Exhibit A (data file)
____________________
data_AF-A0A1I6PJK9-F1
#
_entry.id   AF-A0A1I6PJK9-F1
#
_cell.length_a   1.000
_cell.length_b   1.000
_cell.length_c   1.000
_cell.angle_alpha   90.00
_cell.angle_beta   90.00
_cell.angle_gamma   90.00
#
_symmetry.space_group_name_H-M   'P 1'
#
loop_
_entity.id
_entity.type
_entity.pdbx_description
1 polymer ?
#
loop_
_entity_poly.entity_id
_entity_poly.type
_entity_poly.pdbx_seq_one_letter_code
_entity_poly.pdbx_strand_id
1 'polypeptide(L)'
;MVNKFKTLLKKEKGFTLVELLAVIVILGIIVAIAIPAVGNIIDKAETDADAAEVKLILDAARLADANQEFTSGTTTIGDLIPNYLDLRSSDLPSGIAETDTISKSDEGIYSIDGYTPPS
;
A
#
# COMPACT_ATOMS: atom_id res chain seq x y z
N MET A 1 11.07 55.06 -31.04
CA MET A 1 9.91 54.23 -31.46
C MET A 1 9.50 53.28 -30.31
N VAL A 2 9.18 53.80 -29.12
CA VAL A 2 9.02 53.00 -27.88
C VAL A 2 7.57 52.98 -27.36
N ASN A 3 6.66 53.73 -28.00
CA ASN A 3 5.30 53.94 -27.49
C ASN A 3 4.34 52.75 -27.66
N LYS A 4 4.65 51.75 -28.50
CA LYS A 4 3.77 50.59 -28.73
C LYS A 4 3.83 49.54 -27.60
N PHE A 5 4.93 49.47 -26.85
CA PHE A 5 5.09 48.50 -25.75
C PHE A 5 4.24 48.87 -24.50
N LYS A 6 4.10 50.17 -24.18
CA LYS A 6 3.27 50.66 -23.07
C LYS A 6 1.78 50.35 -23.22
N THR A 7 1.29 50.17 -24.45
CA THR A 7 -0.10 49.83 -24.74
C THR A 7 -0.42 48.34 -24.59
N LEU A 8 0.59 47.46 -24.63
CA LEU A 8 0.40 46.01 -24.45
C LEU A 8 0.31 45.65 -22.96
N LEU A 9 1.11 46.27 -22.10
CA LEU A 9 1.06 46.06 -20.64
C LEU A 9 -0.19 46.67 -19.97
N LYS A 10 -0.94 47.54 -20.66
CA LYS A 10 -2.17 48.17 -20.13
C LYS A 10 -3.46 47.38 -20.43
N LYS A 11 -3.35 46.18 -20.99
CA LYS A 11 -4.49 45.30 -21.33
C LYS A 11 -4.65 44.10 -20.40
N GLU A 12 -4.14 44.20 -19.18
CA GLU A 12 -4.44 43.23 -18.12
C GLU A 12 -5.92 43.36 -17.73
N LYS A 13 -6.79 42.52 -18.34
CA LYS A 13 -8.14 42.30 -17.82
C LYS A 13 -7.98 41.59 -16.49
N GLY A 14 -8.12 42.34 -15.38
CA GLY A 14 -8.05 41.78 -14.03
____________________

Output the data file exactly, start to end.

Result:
data_AF-A0A1I6PJK9-F1
#
_entry.id   AF-A0A1I6PJK9-F1
#
_cell.length_a   1.000
_cell.length_b   1.000
_cell.length_c   1.000
_cell.angle_alpha   90.00
_cell.angle_beta   90.00
_cell.angle_gamma   90.00
#
_symmetry.space_group_name_H-M   'P 1'
#
loop_
_entity.id
_entity.type
_entity.pdbx_description
1 polymer ?
#
loop_
_entity_poly.entity_id
_entity_poly.type
_entity_poly.pdbx_seq_one_letter_code
_entity_poly.pdbx_strand_id
1 'polypeptide(L)'
;MVNKFKTLLKKEKGFTLVELLAVIVILGIIVAIAIPAVGNIIDKAETDADAAEVKLILDAARLADANQEFTSGTTTIGDLIPNYLDLRSSDLPSGIAETDTISKSDEGIYSIDGYTPPS
;
A
#
# COMPACT_ATOMS: atom_id res chain seq x y z
N MET A 1 11.07 55.06 -31.04
CA MET A 1 9.91 54.23 -31.46
C MET A 1 9.50 53.28 -30.31
N VAL A 2 9.18 53.80 -29.12
CA VAL A 2 9.02 53.00 -27.88
C VAL A 2 7.57 52.98 -27.36
N ASN A 3 6.66 53.73 -28.00
CA ASN A 3 5.30 53.94 -27.49
C ASN A 3 4.34 52.75 -27.66
N LYS A 4 4.65 51.75 -28.50
CA LYS A 4 3.77 50.59 -28.73
C LYS A 4 3.83 49.54 -27.60
N PHE A 5 4.93 49.47 -26.85
CA PHE A 5 5.09 48.50 -25.75
C PHE A 5 4.24 48.87 -24.50
N LYS A 6 4.10 50.17 -24.18
CA LYS A 6 3.27 50.66 -23.07
C LYS A 6 1.78 50.35 -23.22
N THR A 7 1.29 50.17 -24.45
CA THR A 7 -0.10 49.83 -24.74
C THR A 7 -0.42 48.34 -24.59
N LEU A 8 0.59 47.46 -24.63
CA LEU A 8 0.40 46.01 -24.45
C LEU A 8 0.31 45.65 -22.96
N LEU A 9 1.11 46.27 -22.10
CA LEU A 9 1.06 46.06 -20.64
C LEU A 9 -0.19 46.67 -19.97
N LYS A 10 -0.94 47.54 -20.66
CA LYS A 10 -2.17 48.17 -20.13
C LYS A 10 -3.46 47.38 -20.43
N LYS A 11 -3.35 46.18 -20.99
CA LYS A 11 -4.49 45.30 -21.33
C LYS A 11 -4.65 44.10 -20.40
N GLU A 12 -4.14 44.20 -19.18
CA GLU A 12 -4.44 43.23 -18.12
C GLU A 12 -5.92 43.36 -17.73
N LYS A 13 -6.79 42.52 -18.34
CA LYS A 13 -8.14 42.30 -17.82
C LYS A 13 -7.98 41.59 -16.49
N GLY A 14 -8.12 42.34 -15.38
CA GLY A 14 -8.05 41.78 -14.03